[JPL] 2 radio towers in WA state toppled- dangerous radio signals...

Susan Reeves susan at susanreeves.net
Fri Sep 4 16:07:31 EDT 2009

2 radio towers in Washington state toppled
Associated Press Writer
Posted: Today at 10:16 a.m.
Updated: 11 minutes ago

radio station towers north of Seattle were toppled early Friday, a
banner left nearby bore the initials of the Earth Liberation Front and
an FBI spokesman said authorities haven't found any evidence that other
individuals or groups besides the ELF were involved.

The towers were torn down because of health and environmental
concerns, according to an e-mail from the North American ELF Press
Office, which has represented the shadowy group in the past.

"We have to weigh our priorities, and the local ecosystem in
Everett, along with the local residents, do not need additional sports
news radio station towers that come at the expense of reduced property
values and harmful radio waves," ELF press office spokesman Jason
Crawford said in the e-mail.

The ELF is a loose collection of radical environmentalists that has
claimed responsibility for dozens of attacks since the 1990s. The FBI
has taken over as lead investigator in Friday's incident.

The towers apparently were taken down with a track hoe, a piece of
heavy construction equipment that was already on the site, FBI agent
Marty Prewett said.

The ELF's Web site featured a picture of one of the towers lying on
its site with the caption "Earth Liberation Front Topples Two Radio
Station Towers in Snohomish County, WA," followed by the words:
"Details coming soon."

Crawford told the AP by telephone he believed more than one person
was involved. He said he had not spoken directly with anyone who
claimed to be involved but received some e-mail from what appear to be
locals who support the action.

The towers belonging to KRKO - a family-owned station in Everett,
about 25 miles north of Seattle - have prompted complaints from
neighbors of interference from radio signals on home telephone and
intercom lines. The site for the towers is in the town of Snohomish,
about eight miles southeast of Everett.

The station's plans to increase its transmission capacity by
building more towers on the site have been embroiled for more than a
decade in appeals and litigation over issues ranging from trumpeter
swan habitat to potential health hazards to humans.

A neighbor told a 911 operator that someone seemed to be attacking
the towers with a bulldozer or other heavy equipment at about 3:30
a.m., Snohomish County sheriff's office spokeswoman Rebecca Hover told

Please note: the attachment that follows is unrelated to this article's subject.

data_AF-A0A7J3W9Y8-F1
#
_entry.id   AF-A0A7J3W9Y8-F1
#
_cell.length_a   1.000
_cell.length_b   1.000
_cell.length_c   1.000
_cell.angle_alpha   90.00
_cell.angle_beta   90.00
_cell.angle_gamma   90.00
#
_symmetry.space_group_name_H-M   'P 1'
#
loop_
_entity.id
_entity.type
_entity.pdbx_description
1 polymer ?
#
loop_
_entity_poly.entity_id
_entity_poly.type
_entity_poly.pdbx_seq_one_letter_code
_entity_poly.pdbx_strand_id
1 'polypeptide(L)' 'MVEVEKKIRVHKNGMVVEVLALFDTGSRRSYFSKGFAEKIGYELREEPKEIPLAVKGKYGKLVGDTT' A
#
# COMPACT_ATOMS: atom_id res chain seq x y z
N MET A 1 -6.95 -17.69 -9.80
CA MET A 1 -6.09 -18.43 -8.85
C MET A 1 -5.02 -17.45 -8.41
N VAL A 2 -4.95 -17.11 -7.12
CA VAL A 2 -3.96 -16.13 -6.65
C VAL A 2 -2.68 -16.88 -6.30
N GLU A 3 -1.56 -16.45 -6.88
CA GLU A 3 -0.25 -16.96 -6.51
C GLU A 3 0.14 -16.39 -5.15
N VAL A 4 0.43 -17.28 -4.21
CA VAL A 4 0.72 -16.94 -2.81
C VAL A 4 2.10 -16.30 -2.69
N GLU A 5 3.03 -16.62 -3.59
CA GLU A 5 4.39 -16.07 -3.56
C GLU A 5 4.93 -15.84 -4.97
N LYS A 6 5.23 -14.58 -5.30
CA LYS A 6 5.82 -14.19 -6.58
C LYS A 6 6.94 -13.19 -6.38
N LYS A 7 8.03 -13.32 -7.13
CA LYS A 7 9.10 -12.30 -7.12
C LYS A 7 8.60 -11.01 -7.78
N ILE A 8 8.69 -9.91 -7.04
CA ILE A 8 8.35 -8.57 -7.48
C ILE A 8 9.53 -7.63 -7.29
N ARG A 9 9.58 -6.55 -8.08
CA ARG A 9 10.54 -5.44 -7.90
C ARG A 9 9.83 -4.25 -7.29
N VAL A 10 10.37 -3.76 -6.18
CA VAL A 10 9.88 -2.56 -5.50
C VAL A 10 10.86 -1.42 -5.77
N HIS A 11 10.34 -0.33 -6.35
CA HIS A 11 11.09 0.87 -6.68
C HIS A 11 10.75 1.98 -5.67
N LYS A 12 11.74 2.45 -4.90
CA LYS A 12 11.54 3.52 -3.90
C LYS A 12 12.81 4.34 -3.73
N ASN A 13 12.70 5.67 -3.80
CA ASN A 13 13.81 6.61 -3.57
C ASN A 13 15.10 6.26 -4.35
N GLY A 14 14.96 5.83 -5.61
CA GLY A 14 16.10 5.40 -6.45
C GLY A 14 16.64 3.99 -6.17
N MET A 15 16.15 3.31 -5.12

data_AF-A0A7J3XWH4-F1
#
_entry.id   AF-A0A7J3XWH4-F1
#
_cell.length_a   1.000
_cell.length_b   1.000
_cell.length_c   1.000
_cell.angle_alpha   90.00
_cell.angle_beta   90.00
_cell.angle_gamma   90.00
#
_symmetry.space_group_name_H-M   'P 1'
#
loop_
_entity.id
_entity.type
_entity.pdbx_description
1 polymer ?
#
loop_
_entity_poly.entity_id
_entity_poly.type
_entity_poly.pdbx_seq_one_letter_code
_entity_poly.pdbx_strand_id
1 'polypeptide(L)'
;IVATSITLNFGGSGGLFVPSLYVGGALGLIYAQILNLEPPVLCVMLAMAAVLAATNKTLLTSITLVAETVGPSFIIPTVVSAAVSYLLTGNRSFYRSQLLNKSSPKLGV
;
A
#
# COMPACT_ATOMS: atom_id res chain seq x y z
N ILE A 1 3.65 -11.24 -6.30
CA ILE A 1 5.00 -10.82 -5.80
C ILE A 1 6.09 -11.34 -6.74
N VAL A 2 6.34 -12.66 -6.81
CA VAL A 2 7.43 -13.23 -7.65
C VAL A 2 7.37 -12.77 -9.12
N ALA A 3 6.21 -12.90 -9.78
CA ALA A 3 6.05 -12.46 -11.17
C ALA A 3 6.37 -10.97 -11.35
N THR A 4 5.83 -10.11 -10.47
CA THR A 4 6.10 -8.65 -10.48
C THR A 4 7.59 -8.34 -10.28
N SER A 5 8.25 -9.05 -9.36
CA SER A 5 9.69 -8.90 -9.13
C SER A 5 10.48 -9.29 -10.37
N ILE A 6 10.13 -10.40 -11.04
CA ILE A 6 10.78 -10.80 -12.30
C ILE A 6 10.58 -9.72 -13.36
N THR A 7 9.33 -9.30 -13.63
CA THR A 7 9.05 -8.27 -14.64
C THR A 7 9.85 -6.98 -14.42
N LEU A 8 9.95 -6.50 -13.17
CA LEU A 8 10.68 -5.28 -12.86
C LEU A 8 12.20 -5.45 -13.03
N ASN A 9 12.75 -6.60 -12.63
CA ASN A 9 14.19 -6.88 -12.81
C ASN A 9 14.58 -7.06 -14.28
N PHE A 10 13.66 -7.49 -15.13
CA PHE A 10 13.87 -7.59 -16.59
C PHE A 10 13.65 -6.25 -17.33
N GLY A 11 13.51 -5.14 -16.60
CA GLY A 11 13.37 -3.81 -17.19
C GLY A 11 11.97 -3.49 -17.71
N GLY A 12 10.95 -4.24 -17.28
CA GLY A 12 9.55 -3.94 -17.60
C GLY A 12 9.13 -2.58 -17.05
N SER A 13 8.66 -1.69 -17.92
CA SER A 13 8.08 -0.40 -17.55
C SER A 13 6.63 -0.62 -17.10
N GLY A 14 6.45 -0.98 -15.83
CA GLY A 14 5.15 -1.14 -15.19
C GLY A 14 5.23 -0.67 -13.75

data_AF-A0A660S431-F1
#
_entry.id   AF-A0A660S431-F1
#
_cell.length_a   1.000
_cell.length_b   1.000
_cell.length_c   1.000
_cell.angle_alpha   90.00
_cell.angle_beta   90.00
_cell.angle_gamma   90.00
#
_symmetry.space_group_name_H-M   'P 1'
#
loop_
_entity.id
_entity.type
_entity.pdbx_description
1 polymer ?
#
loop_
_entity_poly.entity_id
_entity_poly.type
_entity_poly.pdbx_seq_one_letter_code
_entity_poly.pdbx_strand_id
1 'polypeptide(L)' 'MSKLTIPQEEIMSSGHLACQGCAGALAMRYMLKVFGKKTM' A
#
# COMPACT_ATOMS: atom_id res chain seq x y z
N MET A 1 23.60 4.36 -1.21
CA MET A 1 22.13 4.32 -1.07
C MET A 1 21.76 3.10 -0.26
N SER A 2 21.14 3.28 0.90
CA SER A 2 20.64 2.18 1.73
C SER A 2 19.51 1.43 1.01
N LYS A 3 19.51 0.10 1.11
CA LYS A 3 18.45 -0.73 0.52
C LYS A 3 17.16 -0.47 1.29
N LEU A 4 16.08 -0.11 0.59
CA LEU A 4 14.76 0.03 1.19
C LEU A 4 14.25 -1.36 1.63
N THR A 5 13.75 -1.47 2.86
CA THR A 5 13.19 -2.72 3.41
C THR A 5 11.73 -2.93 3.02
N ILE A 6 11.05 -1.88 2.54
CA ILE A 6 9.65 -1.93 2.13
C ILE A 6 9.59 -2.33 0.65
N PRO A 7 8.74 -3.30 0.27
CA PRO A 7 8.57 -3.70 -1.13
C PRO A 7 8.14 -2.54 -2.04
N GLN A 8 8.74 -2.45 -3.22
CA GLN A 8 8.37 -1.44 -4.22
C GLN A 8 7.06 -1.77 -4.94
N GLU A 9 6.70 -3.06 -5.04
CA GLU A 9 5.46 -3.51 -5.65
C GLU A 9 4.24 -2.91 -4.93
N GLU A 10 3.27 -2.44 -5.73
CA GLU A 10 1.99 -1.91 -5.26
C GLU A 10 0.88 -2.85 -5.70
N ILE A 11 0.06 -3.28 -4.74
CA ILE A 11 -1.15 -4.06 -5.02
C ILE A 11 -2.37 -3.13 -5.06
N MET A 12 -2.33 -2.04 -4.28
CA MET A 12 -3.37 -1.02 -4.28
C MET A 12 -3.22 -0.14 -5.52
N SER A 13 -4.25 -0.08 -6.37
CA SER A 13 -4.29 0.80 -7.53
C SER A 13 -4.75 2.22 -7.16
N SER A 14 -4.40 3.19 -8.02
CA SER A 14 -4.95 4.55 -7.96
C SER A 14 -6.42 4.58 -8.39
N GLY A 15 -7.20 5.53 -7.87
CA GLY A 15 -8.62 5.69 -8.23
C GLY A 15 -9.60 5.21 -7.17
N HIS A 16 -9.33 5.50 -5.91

The Herald of Everett.

Sheriff's deputies on Friday morning found a 349-foot tower and a
smaller tower on the ground with heavy construction equipment nearby,
Hover said.

Investigators have found no evidence of injury, Prewett said.

The station remained on the air Friday after shifting to other
transmission equipment. A $25,000 reward for information leading to the
capture of whoever was responsible was announced by Andy Skotdal, the
station's general manager.

"We'll use our airwaves to do it, too," Skotdal told The Herald.

The ELF has claimed responsibility for several arsons in the region,
including a fire that destroyed the Center for Urban Horticulture at
the University of Washington in Seattle in 2001.

An ELF sign was left at the scene of fires set on March 3, 2008, at
a number of luxury houses in a development in Echo Lake, north of

KRKO's additions to its existing towers in Snohomish were completed
in February, allowing the station to boost its AM signal to where it
could compete with larger broadcasters in the Seattle-Tacoma area.
That's when the complaints from neighbors over telephone interference

The Skotdal family also plans to build two 199-foot towers at the
same site for a new 5,000-watt AM station that would cover Snohomish
County on another frequency.

A hearing examiner denied a permit for the towers, based on claims
that radio signals could be dangerous to humans. But the council voted
to reverse the finding, saying it was based on shaky scientific

A King County judge upheld the council's decision on Aug. 14.

"When all legal channels of opposition have been exhausted,
concerned citizens have to take action into their own hands to protect
life and the planet," Crawford said in the e-mail.

Skotdal has said he hopes to get the new signal on the air by the
end of the year. The towers being built apparently escaped damage.

The action upset one of the leading opponents of KRKO's expansion plans.

"It has been a long legal battle and I'm upset to see this kind of
violence happen here," Lee Bennett Jr., president of Citizens to
Preserve the Upper Snohomish River Valley, told The Herald. "This is
not the way to handle it."


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